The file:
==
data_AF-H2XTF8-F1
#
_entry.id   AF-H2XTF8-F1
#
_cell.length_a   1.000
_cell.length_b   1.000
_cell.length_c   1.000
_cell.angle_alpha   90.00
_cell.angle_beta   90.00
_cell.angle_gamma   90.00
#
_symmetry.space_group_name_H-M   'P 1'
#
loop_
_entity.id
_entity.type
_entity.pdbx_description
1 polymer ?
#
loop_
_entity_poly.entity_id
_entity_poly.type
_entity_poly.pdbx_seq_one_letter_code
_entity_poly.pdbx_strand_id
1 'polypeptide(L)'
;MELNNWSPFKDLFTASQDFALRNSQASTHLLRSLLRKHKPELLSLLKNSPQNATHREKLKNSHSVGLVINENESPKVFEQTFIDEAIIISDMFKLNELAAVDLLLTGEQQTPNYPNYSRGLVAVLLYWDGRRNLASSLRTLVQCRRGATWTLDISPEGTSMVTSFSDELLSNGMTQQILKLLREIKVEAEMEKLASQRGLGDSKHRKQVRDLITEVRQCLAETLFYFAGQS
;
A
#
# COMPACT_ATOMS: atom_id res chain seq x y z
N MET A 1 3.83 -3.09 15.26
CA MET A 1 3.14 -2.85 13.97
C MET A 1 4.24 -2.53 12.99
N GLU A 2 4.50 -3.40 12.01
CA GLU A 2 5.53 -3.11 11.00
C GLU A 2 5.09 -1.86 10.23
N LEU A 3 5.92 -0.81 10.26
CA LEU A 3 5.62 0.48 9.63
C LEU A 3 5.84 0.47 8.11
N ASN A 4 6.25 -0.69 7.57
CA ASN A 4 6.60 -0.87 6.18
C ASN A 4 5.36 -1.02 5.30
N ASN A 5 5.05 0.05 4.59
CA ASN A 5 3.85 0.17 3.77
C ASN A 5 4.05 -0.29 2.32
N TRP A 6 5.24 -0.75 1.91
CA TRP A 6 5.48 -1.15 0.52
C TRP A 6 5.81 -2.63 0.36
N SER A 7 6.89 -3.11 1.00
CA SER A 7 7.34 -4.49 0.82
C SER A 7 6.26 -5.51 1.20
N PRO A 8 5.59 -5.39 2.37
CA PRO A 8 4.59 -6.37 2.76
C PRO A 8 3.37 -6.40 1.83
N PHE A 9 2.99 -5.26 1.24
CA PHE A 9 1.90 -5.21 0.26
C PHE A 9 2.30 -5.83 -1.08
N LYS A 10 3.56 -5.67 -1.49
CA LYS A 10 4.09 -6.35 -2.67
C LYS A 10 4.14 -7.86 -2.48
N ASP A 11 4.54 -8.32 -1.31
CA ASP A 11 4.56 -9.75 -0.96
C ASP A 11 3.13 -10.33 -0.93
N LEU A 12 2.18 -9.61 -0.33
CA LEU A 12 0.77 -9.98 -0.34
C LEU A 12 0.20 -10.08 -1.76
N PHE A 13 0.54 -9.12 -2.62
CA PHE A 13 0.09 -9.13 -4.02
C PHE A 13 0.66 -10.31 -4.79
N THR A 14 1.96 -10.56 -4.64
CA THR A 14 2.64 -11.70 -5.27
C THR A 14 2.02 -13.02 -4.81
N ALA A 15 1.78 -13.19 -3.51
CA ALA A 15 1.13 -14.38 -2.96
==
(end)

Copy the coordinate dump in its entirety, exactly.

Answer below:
data_AF-H2XTF8-F1
#
_entry.id   AF-H2XTF8-F1
#
_cell.length_a   1.000
_cell.length_b   1.000
_cell.length_c   1.000
_cell.angle_alpha   90.00
_cell.angle_beta   90.00
_cell.angle_gamma   90.00
#
_symmetry.space_group_name_H-M   'P 1'
#
loop_
_entity.id
_entity.type
_entity.pdbx_description
1 polymer ?
#
loop_
_entity_poly.entity_id
_entity_poly.type
_entity_poly.pdbx_seq_one_letter_code
_entity_poly.pdbx_strand_id
1 'polypeptide(L)'
;MELNNWSPFKDLFTASQDFALRNSQASTHLLRSLLRKHKPELLSLLKNSPQNATHREKLKNSHSVGLVINENESPKVFEQTFIDEAIIISDMFKLNELAAVDLLLTGEQQTPNYPNYSRGLVAVLLYWDGRRNLASSLRTLVQCRRGATWTLDISPEGTSMVTSFSDELLSNGMTQQILKLLREIKVEAEMEKLASQRGLGDSKHRKQVRDLITEVRQCLAETLFYFAGQS
;
A
#
# COMPACT_ATOMS: atom_id res chain seq x y z
N MET A 1 3.83 -3.09 15.26
CA MET A 1 3.14 -2.85 13.97
C MET A 1 4.24 -2.53 12.99
N GLU A 2 4.50 -3.40 12.01
CA GLU A 2 5.53 -3.11 11.00
C GLU A 2 5.09 -1.86 10.23
N LEU A 3 5.92 -0.81 10.26
CA LEU A 3 5.62 0.48 9.63
C LEU A 3 5.84 0.47 8.11
N ASN A 4 6.25 -0.69 7.57
CA ASN A 4 6.60 -0.87 6.18
C ASN A 4 5.36 -1.02 5.30
N ASN A 5 5.05 0.05 4.59
CA ASN A 5 3.85 0.17 3.77
C ASN A 5 4.05 -0.29 2.32
N TRP A 6 5.24 -0.75 1.91
CA TRP A 6 5.48 -1.15 0.52
C TRP A 6 5.81 -2.63 0.36
N SER A 7 6.89 -3.11 1.00
CA SER A 7 7.34 -4.49 0.82
C SER A 7 6.26 -5.51 1.20
N PRO A 8 5.59 -5.39 2.37
CA PRO A 8 4.59 -6.37 2.76
C PRO A 8 3.37 -6.40 1.83
N PHE A 9 2.99 -5.26 1.24
CA PHE A 9 1.90 -5.21 0.26
C PHE A 9 2.30 -5.83 -1.08
N LYS A 10 3.56 -5.67 -1.49
CA LYS A 10 4.09 -6.35 -2.67
C LYS A 10 4.14 -7.86 -2.48
N ASP A 11 4.54 -8.32 -1.31
CA ASP A 11 4.56 -9.75 -0.96
C ASP A 11 3.13 -10.33 -0.93
N LEU A 12 2.18 -9.61 -0.33
CA LEU A 12 0.77 -9.98 -0.34
C LEU A 12 0.20 -10.08 -1.76
N PHE A 13 0.54 -9.12 -2.62
CA PHE A 13 0.09 -9.13 -4.02
C PHE A 13 0.66 -10.31 -4.79
N THR A 14 1.96 -10.56 -4.64
CA THR A 14 2.64 -11.70 -5.27
C THR A 14 2.02 -13.02 -4.81
N ALA A 15 1.78 -13.19 -3.51
CA ALA A 15 1.13 -14.38 -2.96